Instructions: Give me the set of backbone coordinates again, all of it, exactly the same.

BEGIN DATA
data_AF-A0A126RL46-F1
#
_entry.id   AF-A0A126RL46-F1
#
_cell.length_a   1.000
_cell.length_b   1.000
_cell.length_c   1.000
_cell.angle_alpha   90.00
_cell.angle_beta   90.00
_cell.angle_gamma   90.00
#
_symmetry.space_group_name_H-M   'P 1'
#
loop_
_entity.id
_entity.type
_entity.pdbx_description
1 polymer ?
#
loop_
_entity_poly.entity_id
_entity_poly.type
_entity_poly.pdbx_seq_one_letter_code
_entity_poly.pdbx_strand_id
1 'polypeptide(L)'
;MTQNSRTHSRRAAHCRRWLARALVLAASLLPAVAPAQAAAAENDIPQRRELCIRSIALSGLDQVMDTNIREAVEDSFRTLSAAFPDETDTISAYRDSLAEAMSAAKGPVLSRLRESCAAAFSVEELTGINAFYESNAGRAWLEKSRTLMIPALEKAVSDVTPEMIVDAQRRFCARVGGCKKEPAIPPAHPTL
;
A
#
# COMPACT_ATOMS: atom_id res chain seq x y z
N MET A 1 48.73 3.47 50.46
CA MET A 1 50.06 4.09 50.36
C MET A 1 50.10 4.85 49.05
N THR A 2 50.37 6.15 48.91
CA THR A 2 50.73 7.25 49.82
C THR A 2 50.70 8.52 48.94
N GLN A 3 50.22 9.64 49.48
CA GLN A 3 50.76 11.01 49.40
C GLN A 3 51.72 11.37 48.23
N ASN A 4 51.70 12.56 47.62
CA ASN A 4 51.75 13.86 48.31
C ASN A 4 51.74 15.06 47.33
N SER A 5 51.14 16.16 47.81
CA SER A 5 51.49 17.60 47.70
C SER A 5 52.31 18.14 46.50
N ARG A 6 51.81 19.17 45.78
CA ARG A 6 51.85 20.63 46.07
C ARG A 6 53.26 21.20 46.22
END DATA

data_AF-A0A126RL46-F1
#
_entry.id   AF-A0A126RL46-F1
#
_cell.length_a   1.000
_cell.length_b   1.000
_cell.length_c   1.000
_cell.angle_alpha   90.00
_cell.angle_beta   90.00
_cell.angle_gamma   90.00
#
_symmetry.space_group_name_H-M   'P 1'
#
loop_
_entity.id
_entity.type
_entity.pdbx_description
1 polymer ?
#
loop_
_entity_poly.entity_id
_entity_poly.type
_entity_poly.pdbx_seq_one_letter_code
_entity_poly.pdbx_strand_id
1 'polypeptide(L)'
;MTQNSRTHSRRAAHCRRWLARALVLAASLLPAVAPAQAAAAENDIPQRRELCIRSIALSGLDQVMDTNIREAVEDSFRTLSAAFPDETDTISAYRDSLAEAMSAAKGPVLSRLRESCAAAFSVEELTGINAFYESNAGRAWLEKSRTLMIPALEKAVSDVTPEMIVDAQRRFCARVGGCKKEPAIPPAHPTL
;
A
#
# COMPACT_ATOMS: atom_id res chain seq x y z
N MET A 1 48.73 3.47 50.46
CA MET A 1 50.06 4.09 50.36
C MET A 1 50.10 4.85 49.05
N THR A 2 50.37 6.15 48.91
CA THR A 2 50.73 7.25 49.82
C THR A 2 50.70 8.52 48.94
N GLN A 3 50.22 9.64 49.48
CA GLN A 3 50.76 11.01 49.40
C GLN A 3 51.72 11.37 48.23
N ASN A 4 51.70 12.56 47.62
CA ASN A 4 51.75 13.86 48.31
C ASN A 4 51.74 15.06 47.33
N SER A 5 51.14 16.16 47.81
CA SER A 5 51.49 17.60 47.70
C SER A 5 52.31 18.14 46.50
N ARG A 6 51.81 19.17 45.78
CA ARG A 6 51.85 20.63 46.07
C ARG A 6 53.26 21.20 46.22